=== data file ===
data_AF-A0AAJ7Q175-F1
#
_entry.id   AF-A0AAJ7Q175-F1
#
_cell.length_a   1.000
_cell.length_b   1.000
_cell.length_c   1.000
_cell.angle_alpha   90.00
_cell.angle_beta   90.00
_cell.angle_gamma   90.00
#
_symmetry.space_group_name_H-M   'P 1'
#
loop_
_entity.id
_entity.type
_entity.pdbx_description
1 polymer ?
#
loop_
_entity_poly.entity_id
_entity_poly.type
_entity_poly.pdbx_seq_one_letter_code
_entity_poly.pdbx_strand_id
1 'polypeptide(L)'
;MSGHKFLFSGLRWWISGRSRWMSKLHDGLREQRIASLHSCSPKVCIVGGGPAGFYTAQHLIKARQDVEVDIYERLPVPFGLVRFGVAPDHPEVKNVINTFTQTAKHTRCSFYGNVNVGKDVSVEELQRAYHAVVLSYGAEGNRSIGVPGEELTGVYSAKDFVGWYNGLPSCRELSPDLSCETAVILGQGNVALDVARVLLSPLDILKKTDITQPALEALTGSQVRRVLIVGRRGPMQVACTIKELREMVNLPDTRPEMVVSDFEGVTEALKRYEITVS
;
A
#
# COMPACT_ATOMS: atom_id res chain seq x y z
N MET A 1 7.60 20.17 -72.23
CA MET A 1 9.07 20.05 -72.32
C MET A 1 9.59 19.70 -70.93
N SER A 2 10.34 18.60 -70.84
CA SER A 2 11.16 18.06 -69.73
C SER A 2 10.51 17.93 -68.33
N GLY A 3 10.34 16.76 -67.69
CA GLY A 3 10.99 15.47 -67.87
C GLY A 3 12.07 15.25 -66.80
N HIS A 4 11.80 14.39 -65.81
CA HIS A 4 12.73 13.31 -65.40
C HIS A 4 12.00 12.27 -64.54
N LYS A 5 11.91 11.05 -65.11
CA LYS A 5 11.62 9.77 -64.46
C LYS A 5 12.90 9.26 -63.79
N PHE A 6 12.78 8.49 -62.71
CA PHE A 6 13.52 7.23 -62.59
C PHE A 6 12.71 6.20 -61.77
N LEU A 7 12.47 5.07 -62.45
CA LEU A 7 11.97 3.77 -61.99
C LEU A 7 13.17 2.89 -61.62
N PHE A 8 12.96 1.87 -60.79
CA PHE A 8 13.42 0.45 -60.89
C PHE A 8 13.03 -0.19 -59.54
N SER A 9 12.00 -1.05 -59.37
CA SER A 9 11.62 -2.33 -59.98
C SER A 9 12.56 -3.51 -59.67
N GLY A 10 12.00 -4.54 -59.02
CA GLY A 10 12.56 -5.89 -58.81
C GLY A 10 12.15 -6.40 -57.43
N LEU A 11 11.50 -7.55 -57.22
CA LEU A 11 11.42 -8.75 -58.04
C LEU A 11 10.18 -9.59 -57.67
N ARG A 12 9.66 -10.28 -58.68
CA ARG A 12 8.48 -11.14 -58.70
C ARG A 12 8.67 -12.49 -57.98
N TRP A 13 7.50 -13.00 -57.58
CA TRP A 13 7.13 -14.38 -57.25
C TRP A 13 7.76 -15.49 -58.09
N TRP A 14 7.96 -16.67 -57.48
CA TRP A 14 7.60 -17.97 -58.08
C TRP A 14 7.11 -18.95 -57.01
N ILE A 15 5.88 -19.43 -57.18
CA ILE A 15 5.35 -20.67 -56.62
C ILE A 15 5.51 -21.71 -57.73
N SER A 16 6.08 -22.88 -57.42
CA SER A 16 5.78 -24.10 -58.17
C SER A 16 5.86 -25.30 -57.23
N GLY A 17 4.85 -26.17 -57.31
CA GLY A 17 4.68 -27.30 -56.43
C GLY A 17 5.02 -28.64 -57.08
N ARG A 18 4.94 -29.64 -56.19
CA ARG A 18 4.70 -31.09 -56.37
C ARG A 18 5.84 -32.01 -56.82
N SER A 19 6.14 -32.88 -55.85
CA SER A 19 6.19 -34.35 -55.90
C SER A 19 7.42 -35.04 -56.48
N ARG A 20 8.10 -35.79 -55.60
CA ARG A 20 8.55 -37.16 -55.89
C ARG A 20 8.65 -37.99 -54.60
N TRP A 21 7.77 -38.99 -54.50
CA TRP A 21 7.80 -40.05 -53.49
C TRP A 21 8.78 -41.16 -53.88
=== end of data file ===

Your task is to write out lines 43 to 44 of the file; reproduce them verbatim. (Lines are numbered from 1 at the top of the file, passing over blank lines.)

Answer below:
N LYS A 5 11.91 11.05 -65.11
CA LYS A 5 11.62 9.77 -64.46